Fever was common (35.4%) in our cohort, similar to the incidence that 34.9% (67/192) of feverish patients with IIM in Zhejiang, China. Although the IIM type and MSA (ASS and anti-MDA5) were not significantly different between the two groups, our cohort is consistent with previous findings [14] showing that fever seemed more common in CADM, ASS, and anti-MDA5(+) IIM. One study [15] reported that ~ 60% of ASS experienced one or more febrile episodes during an average follow-up of 5 years, which is higher than in our cohort, but in the present study, we focused on the initial stages of febrile episodes.

As a frequent extra-muscular manifestation, ILD leads to increased mortality in patients with IIM [2, 3]. The frequency of ILD in patients with IIM has been widely reported (8.6–85.6%), and a meta-analysis of 23 studies revealed that 834/2079 patients with IIM (40.1%) had ILD [16]. In the present cohort, We identified a slightly higher rate of ILD, especially in the fever group, than that has been reported in previous studies. The underlying mechanism between fever and ILD in IIM is not clear, maybe suggest both represent components of profound systemic inflammation. Previous studies also reported that the prevalence of MH ranged from 5 to 56% in given IIM populations [17]. Importantly, MH has been already a risk factor for ILD [18]. Consistent with ILD, MH occurred more frequently in the fever group [19]. In addition to the above, the level of muscle enzyme in the fever group was much lower than in the control group. A growing body of evidence suggests that the clinical manifestations of IIM are a spectrum in which at one end, patients have prominent muscle symptoms, higher CK levels, and less extra muscular involvement, whereas, at the other end, patients have fewer muscular symptoms, modest increases in CK levels, and more skin and pulmonary involvement [20]. Our study shows patients with fever are more likely at this “less muscular” end, exhibiting lower CK levels and an increased risk of ILD.

We also found the fever group has higher levels of CRP and ESR, but lower albumin, suggesting a hyperinflammatory state in these patients. Among these serological parameters, the ratio of ESR to CRP was used for distinguishing flare and infection in SLE feverish patients [21]. Recently, it has been proposed that hypoalbuminemia and elevated CRP values independently predicted 30-day mortality [22].

Our study assayed the prognosis of fever in the initial stage from multiple perspectives, including the incidence of AE-ILD, relapse, and all-cause mortality. In our cohort, 53.6% of the fever group exhibited AE-ILD, remarkably much more than 13.7% of the non-fever group. The increased all-cause mortality rate was also observed in the fever group. Since age at onset and treatments were different between these two groups as previously described, forward logistic regression multivariable analysis was used to provide further evidence that fever in the initial stage was the strongest independent factor in poor prognosis, both AE-ILD and all-cause mortality. The result was consistent with a previous report by Chanyuan Wu et al. showing that fever was more common in the in-hospital death group [23].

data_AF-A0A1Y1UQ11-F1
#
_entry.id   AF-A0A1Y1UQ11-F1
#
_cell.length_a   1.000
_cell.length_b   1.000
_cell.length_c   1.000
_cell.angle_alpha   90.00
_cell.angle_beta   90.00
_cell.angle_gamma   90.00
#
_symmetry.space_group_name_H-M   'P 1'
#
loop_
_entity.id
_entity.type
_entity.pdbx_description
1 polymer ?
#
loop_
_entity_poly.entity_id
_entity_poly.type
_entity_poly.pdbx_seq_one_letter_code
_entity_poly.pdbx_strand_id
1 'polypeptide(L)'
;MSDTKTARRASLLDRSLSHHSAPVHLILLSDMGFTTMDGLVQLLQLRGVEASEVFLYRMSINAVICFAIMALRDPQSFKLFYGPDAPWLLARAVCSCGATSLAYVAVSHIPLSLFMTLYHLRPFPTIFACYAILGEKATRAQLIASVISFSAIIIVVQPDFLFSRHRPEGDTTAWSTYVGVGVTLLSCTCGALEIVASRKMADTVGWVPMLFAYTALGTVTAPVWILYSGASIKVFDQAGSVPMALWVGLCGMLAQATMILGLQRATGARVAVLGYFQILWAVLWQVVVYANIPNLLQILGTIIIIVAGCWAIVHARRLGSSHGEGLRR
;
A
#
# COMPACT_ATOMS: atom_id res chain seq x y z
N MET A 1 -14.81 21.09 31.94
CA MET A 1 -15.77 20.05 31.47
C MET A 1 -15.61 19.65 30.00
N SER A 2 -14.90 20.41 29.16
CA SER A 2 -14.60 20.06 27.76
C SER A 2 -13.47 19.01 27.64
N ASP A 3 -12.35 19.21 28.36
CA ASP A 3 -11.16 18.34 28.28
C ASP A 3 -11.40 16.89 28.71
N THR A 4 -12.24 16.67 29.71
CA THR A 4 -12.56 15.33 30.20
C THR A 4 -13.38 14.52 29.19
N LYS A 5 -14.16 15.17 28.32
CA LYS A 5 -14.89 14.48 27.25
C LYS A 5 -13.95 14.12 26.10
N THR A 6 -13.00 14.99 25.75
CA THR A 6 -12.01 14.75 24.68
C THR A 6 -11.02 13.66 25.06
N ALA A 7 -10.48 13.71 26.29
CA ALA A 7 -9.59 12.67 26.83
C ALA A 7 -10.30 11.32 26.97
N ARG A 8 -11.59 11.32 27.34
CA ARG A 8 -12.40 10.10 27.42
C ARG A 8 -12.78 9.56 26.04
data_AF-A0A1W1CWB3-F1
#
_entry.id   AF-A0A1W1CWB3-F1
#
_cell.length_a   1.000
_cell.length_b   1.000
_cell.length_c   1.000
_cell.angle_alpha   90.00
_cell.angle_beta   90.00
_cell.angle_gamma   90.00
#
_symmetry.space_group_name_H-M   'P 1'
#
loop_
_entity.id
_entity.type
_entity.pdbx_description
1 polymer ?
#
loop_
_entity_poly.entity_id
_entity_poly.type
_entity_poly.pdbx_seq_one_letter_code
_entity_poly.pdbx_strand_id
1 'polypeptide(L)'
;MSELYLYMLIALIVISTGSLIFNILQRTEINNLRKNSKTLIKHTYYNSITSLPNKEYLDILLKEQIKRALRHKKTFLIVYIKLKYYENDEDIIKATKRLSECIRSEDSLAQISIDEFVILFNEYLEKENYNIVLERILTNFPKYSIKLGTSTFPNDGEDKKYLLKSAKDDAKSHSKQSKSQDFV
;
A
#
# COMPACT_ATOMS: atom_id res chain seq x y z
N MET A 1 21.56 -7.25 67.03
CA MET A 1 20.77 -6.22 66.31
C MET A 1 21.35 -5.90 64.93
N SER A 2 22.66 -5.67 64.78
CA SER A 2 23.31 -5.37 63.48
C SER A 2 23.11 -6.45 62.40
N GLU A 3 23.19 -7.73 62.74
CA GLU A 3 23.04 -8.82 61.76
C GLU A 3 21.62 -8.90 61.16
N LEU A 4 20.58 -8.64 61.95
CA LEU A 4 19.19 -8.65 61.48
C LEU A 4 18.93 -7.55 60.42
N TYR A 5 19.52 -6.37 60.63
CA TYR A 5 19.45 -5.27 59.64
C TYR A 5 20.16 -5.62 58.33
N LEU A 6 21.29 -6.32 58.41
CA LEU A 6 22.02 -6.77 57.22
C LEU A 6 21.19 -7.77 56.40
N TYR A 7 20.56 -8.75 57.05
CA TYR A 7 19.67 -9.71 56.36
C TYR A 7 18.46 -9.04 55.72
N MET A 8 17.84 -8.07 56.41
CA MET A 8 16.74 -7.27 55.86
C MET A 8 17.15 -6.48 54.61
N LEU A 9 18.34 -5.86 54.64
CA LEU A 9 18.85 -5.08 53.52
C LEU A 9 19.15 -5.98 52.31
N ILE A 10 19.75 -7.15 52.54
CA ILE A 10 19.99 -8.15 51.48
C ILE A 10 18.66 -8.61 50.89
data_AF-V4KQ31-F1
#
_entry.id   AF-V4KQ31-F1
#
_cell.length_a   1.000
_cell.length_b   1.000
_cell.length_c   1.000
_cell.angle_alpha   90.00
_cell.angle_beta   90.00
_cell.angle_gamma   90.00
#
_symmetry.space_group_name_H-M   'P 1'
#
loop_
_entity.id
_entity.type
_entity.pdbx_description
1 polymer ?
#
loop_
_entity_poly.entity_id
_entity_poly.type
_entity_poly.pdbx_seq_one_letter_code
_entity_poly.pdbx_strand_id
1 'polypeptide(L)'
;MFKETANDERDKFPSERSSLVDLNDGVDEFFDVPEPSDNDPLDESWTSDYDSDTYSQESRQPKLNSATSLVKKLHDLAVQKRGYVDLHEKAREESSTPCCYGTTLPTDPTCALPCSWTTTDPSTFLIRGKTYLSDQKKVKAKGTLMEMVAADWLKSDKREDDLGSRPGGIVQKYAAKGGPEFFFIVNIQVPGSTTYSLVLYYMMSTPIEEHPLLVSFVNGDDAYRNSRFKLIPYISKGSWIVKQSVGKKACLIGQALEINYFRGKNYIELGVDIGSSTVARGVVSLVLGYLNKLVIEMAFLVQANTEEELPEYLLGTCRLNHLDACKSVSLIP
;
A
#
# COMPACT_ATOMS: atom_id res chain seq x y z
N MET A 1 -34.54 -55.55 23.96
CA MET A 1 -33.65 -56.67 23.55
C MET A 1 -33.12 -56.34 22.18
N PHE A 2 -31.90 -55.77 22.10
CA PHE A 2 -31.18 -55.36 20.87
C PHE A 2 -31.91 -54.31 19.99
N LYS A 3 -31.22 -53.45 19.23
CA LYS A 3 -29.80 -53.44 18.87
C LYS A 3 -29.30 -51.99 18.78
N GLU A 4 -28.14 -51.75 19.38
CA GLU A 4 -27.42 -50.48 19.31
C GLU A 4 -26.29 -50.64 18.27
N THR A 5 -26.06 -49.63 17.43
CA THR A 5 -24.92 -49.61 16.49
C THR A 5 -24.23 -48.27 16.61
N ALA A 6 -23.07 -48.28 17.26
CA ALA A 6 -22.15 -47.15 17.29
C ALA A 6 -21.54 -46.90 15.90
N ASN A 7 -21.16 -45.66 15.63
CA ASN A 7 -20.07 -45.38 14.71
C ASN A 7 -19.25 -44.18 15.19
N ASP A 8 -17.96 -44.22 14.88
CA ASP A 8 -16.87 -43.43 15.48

There were several limitations of this study. The major limitations of this study were the retrospective single-center design and the limited number of patients. Larger, independent, multicenter studies ideally covering different ethnic populations are mandatory to thoroughly evaluate the prognostic value of fever in the initial stage. Second, fever is a common symptom of many rheumatic diseases. Clinically, it is difficult to identify the cause, although feverish patients with infection are excluded based on clinical manifestations and etiological examination. Third, Although these patients were treated with glucocorticoid combined with IS, the specific treatment regimens (e.g. the glucocorticoid protocols and IS treatments) were not consistent.


In summary, our study has demonstrated that fever in the initial stage is an early clinical warning sign predicting a poor outcome in IIM patients. Fever should be applied in the clinically reliable predictive model, which may be helpful for physicians to fully recognize IIM disease and initiate individualized treatment as early as possible. Further prospective studies are needed to better define the risk factors for IIM in the long term.

Data Availability

The study database was anonymized. The datasets generated during and/or analyzed during the current study are not publicly available [due to them containing information that could compromise research participant privacy/consent]; however, they are available from the corresponding author on reasonable request.



Acute exacerbation of interstitial lung disease


Acute exacerbation of idiopathic pulmonary fibrosis




Antinuclear antibodies


Anti-synthase antibodies


Creatine kinase


Calcineurin inhibitors


Chronic obstructive pulmonary disease


High-resolution computed tomography


Idiopathic inflammatory myopathies


Interstitial lung disease




Intravenous immunoglobulins


Melanoma differentiation-associated protein 5


Mechanic’s hands


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Authors are grateful to Dr. Wang Qiang, professor of the department of Rheumatology, the First Affiliated Hospital with Nanjing Medical University, for fruitful scientific discussions and critical review of the manuscript.


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Authors and Affiliations



Ting Liu and Fenghong Yuan were equally involved in study conceptualization, study design, and data analysis. Haifeng Chen is responsible for the writing of the original draft. Yitian Shi and Wei Xu critically revised the report and commented on drafts of the manuscript. All authors read and approved the final manuscript.

Corresponding author

Correspondence to Fenghong Yuan.

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The study was approved by the ethical committee in our institution (KY21045) by the principles of the Declaration of Helsinki. Patient identity and database were concealed in this study.

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Liu, T., Chen, H., Shi, Y. et al. Fever in the initial stage of IIM patients: an early clinical warning sign for AE-ILD. Adv Rheumatol 63, 31 (2023).

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  • Idiopathic inflammatory myopathies
  • Fever
  • Clinical characteristics
  • Prognosis